I have never heard that having superfluous ram in a 32bit system could be responsible for GPU overheating. Can anyone else confirm this? BTW TOC, us "overclackers" regularly push our hardware far beyond stock specifications. This in turn teaches us a lot more about dealing with heat than your average run of the mill PC user. Try not to be so insulting to such a large amount of people at one time. Spread it out a bit, else people might think that you are just a arrogant newcomer with a bad attitude.

4870s are notorious for heat production. One CANNOT install this card without proper airflow, as even with the sealed reference cooler that dumps the heat out the back, cooler air than what can be had inside a no-airflow case is needed. This is at stock clocks, never mind when it is turned up.

With just a single 120mm fan exhausting out the back, my 4870 was running @65-70c idle, 90-95c under load. Adding a side exhaust fan, and a front intake fan dropped my temps to 52/80c idle/load, and that is with Overclocked settings.

Airflow is not just about the fan count. You need to move cool air into the case, and hot air out, with efficiency. Moving air around inside the case will not solve your problem as the heat remains as a source of trouble. Since the side of your case doesn't have a vent, I would strongly recommend modifying it (snip snip) or buying a new, cheap case that has good vents. I use an ultra cheap Cooler master elite 330 I picked up for $28, and with a few fans and good cable management, get very satisfyingly cool temps.

If it hasn't been mentioned, bundle all your cabling together and tie off against the side of the case. Cables can be a HUGE source of ventilation inhibiting turbulance, if they are not properly managed within the case.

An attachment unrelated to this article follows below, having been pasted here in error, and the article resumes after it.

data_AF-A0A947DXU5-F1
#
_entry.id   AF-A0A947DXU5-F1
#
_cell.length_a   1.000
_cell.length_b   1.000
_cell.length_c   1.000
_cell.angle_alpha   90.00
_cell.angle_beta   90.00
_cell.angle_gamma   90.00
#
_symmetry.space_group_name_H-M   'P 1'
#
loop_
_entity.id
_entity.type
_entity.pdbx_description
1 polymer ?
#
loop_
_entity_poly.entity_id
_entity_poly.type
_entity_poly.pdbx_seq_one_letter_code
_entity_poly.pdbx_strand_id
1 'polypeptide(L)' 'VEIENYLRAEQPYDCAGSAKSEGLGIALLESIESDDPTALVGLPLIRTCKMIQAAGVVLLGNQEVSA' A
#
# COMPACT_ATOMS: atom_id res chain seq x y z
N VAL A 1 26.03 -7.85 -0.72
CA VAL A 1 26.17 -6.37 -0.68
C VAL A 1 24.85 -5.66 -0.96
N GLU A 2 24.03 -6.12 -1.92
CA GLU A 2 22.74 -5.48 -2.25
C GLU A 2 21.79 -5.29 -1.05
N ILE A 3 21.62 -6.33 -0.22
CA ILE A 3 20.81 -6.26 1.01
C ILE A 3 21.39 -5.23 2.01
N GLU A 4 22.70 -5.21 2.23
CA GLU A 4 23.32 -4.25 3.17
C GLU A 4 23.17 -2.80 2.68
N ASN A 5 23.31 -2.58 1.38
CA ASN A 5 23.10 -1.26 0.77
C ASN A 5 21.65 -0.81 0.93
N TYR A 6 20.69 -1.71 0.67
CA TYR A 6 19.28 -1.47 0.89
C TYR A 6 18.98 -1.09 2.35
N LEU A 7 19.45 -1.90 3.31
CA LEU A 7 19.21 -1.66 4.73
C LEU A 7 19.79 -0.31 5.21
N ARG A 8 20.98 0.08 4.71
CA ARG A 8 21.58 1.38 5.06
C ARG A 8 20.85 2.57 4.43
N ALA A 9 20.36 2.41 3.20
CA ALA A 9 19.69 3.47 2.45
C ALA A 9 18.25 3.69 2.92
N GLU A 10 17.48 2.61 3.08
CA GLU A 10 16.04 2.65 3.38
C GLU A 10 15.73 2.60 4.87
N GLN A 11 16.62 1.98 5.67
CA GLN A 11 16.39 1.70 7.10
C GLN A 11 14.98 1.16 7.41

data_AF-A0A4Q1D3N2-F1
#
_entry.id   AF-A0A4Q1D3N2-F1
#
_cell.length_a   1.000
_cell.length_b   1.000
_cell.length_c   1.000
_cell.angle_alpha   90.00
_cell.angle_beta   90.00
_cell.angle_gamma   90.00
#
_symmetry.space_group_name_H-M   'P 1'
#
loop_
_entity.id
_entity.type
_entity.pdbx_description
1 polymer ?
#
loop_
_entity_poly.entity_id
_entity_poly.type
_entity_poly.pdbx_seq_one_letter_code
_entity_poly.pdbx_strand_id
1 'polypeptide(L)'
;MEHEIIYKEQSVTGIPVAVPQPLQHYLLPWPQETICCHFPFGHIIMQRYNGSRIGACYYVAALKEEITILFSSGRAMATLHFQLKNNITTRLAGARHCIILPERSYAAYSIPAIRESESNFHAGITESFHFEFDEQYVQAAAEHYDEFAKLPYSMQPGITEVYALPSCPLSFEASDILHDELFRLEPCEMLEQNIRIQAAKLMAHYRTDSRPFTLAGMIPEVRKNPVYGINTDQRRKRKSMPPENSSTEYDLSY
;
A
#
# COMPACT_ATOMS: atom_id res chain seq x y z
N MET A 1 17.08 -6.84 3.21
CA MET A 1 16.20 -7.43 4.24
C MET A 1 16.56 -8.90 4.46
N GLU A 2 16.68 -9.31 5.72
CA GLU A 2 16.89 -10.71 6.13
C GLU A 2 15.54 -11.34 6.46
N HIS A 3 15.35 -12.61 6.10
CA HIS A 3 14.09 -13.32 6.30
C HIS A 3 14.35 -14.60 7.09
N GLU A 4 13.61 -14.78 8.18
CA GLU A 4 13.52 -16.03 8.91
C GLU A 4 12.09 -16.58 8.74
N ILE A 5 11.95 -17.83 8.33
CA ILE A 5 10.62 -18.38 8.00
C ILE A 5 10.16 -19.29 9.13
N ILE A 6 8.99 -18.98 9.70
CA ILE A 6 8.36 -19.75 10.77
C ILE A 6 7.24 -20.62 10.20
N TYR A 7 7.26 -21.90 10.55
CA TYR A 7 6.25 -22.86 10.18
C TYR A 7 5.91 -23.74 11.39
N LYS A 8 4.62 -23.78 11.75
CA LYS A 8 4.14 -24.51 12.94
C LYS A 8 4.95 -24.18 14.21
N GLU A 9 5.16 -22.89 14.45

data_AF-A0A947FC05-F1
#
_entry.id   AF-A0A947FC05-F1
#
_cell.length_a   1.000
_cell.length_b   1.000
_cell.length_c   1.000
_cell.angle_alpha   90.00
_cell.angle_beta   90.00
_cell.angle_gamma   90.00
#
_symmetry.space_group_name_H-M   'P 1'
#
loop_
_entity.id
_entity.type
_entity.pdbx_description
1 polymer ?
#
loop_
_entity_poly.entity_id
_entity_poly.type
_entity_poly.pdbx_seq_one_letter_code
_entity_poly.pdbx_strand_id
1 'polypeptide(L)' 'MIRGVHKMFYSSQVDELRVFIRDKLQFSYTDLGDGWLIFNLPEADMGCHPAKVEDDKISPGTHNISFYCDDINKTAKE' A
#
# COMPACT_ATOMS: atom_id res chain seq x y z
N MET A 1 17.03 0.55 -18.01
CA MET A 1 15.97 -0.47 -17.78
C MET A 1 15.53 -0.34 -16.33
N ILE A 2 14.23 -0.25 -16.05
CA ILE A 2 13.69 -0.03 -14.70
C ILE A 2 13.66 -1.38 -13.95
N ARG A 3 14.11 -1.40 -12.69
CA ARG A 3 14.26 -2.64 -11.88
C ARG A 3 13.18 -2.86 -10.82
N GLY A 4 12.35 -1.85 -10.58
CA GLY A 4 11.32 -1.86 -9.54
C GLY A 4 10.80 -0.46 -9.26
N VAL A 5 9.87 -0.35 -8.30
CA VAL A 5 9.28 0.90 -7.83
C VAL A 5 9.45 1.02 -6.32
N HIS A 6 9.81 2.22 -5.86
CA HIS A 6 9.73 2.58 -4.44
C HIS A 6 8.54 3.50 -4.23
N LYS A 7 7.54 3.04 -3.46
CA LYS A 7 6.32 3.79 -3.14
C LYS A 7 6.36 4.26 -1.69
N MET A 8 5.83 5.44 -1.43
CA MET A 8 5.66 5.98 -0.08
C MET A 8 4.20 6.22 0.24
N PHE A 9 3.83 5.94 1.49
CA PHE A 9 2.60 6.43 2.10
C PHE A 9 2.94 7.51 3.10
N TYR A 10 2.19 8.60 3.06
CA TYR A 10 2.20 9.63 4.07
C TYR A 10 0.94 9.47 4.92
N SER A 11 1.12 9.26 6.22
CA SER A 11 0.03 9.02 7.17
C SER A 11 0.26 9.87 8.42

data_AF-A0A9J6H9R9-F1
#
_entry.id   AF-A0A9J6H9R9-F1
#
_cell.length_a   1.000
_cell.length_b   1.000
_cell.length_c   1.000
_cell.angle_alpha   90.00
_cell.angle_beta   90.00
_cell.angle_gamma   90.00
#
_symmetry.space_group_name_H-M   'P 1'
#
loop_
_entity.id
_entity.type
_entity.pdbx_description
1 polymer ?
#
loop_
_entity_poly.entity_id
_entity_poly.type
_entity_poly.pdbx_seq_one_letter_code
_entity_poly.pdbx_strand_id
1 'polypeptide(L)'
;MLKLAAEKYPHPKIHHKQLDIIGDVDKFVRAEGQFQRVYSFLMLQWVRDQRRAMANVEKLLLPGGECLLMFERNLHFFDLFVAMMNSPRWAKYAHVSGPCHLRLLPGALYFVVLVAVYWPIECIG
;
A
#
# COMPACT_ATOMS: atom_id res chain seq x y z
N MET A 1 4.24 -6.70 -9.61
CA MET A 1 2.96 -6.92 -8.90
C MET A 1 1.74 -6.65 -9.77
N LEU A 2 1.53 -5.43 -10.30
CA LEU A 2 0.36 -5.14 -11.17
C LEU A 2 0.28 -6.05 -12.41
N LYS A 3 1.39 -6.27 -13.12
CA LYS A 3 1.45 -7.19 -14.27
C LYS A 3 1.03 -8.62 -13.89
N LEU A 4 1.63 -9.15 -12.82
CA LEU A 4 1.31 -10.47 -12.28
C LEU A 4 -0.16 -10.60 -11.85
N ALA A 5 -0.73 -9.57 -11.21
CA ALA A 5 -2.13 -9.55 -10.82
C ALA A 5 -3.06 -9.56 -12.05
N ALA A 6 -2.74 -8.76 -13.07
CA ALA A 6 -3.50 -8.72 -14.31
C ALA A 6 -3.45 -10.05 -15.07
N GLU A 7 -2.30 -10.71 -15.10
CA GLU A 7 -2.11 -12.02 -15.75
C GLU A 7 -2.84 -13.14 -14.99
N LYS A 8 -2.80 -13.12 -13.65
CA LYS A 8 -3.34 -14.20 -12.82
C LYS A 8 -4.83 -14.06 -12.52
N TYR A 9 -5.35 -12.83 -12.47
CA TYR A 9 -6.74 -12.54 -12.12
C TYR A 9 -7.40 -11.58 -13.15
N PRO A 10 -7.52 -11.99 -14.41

With your success in dropping the temps by opening the case, I would say it is DEFINITELY without a doubt, an airflow issue. 56c idle is not bad for these cards at all. The more important temp to monitor is how high it climbs under load. Download GPU-Z and go to the sensors tab, enable background updating. This way you can see how the temps are over time while gaming and such.




I really want to get a new pc case, but I don't think it'll be worth it for me at the time being because a new pc case cost almost as much as my motherboard/cpu( i have a crappy budget mobo/cpu).

I think I might have to just cut holes in the side of the case and maybe ziplock tie a fan as an exhaust by the GPU. Is an exhaust next to the GPU better than having an intake there?

With a big tower fan blowing into the open case my IDLE is currently 53 and underload it doesn't reach past 70c. I'm liking those temperatures, but this can't sustain due to the fan being on 24/7 costing too much energy.

I have moved the cables around. They're those big fat modular cables so they're huge. Plus my PSU came with tons of cables. It's blocking everything. I bunched them up and stuck them into a 5.25 bay under my dvdr.
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November 23, 2009 5:24:29 AM

JofaMang said:
Your experience with the temperatures dropping to a safe level with the side of the case open points directly to an airflow issue.